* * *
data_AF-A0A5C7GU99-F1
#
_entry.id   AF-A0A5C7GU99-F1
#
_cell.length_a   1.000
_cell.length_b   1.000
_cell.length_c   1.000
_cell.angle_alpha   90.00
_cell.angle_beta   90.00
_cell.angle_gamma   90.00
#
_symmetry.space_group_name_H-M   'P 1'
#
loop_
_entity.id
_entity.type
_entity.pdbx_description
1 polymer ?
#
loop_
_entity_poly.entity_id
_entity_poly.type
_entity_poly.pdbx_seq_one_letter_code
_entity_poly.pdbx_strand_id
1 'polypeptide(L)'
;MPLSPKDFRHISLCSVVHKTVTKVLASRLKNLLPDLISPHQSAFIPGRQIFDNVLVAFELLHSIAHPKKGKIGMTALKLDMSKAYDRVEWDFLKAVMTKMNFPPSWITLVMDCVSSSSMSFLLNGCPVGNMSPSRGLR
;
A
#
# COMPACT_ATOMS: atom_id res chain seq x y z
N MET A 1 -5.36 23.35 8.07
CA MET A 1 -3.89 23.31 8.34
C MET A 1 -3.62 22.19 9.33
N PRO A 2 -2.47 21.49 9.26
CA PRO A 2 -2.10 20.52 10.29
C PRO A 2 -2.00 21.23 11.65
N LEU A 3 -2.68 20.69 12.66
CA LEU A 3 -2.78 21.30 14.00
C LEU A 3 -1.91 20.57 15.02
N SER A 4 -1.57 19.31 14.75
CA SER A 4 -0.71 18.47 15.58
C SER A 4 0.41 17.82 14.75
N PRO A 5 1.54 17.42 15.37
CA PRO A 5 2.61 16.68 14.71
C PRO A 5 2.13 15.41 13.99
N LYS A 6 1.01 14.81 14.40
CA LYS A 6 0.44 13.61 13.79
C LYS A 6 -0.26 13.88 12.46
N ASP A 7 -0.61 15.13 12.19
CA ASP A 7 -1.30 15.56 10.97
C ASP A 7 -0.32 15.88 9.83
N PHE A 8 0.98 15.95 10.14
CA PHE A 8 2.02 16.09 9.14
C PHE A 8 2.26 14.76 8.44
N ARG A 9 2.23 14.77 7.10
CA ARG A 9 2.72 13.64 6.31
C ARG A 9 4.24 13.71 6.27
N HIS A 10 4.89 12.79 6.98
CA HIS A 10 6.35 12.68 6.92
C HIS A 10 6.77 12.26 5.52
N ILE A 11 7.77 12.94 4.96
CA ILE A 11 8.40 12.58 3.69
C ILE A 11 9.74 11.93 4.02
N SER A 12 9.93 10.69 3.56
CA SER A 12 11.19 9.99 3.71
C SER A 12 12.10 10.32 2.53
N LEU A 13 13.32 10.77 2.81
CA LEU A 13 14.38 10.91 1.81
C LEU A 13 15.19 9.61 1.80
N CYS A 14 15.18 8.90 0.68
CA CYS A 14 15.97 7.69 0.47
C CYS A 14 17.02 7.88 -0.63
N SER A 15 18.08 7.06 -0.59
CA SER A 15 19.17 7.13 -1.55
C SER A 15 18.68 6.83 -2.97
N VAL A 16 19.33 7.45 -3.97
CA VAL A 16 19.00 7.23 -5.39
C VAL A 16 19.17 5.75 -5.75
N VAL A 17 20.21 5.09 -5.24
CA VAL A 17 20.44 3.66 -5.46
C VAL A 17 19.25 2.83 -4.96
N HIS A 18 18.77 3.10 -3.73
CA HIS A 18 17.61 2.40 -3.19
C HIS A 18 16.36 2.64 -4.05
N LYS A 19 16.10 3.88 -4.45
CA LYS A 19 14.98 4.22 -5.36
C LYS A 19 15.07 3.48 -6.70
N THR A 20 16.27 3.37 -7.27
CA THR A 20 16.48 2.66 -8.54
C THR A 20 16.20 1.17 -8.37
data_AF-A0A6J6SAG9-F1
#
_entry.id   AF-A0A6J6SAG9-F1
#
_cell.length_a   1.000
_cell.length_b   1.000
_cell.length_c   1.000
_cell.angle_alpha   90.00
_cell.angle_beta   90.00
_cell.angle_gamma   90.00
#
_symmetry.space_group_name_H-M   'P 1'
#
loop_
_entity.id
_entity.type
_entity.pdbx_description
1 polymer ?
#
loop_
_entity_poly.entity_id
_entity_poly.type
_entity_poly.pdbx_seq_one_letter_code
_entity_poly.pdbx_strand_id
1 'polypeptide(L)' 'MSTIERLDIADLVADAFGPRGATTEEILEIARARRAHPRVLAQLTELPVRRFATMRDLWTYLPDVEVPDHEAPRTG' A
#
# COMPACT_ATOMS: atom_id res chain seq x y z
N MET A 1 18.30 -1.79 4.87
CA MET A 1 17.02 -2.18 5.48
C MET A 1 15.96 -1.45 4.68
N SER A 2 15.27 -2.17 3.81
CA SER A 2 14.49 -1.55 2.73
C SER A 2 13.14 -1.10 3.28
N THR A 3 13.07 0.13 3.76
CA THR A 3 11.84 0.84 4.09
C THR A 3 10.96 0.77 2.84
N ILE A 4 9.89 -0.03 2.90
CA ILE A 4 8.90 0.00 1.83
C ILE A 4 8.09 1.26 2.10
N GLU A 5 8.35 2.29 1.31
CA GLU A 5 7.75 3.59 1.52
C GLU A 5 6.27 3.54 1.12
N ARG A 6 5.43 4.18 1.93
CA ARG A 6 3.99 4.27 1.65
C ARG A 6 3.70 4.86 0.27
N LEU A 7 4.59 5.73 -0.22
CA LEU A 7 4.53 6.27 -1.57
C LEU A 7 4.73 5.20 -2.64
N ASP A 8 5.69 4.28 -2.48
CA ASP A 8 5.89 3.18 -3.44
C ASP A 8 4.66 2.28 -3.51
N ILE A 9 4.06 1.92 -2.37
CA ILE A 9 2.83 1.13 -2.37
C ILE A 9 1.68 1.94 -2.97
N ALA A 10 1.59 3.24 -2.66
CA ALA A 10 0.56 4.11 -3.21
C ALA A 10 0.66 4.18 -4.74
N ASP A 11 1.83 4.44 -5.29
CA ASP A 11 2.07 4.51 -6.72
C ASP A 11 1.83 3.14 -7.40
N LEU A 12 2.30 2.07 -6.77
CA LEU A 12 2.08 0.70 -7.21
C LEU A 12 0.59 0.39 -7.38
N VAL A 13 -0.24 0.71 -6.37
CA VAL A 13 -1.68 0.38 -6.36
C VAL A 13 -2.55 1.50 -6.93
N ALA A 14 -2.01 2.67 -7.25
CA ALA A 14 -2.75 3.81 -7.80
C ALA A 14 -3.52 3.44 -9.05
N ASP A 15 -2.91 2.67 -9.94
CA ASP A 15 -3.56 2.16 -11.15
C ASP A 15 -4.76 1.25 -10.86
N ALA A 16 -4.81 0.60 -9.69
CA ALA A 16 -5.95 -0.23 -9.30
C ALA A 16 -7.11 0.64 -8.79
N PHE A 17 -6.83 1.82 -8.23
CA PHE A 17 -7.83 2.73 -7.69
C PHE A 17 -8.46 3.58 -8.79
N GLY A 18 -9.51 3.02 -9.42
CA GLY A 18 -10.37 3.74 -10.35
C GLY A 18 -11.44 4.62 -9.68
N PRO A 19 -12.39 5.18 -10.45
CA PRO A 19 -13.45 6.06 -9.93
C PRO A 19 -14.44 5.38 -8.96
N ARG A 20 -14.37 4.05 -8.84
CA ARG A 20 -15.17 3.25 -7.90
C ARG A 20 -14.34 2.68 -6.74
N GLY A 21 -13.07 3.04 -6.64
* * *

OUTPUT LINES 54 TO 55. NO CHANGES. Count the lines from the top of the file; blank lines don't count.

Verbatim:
C PHE A 8 2.26 14.76 8.44
N ARG A 9 2.23 14.77 7.10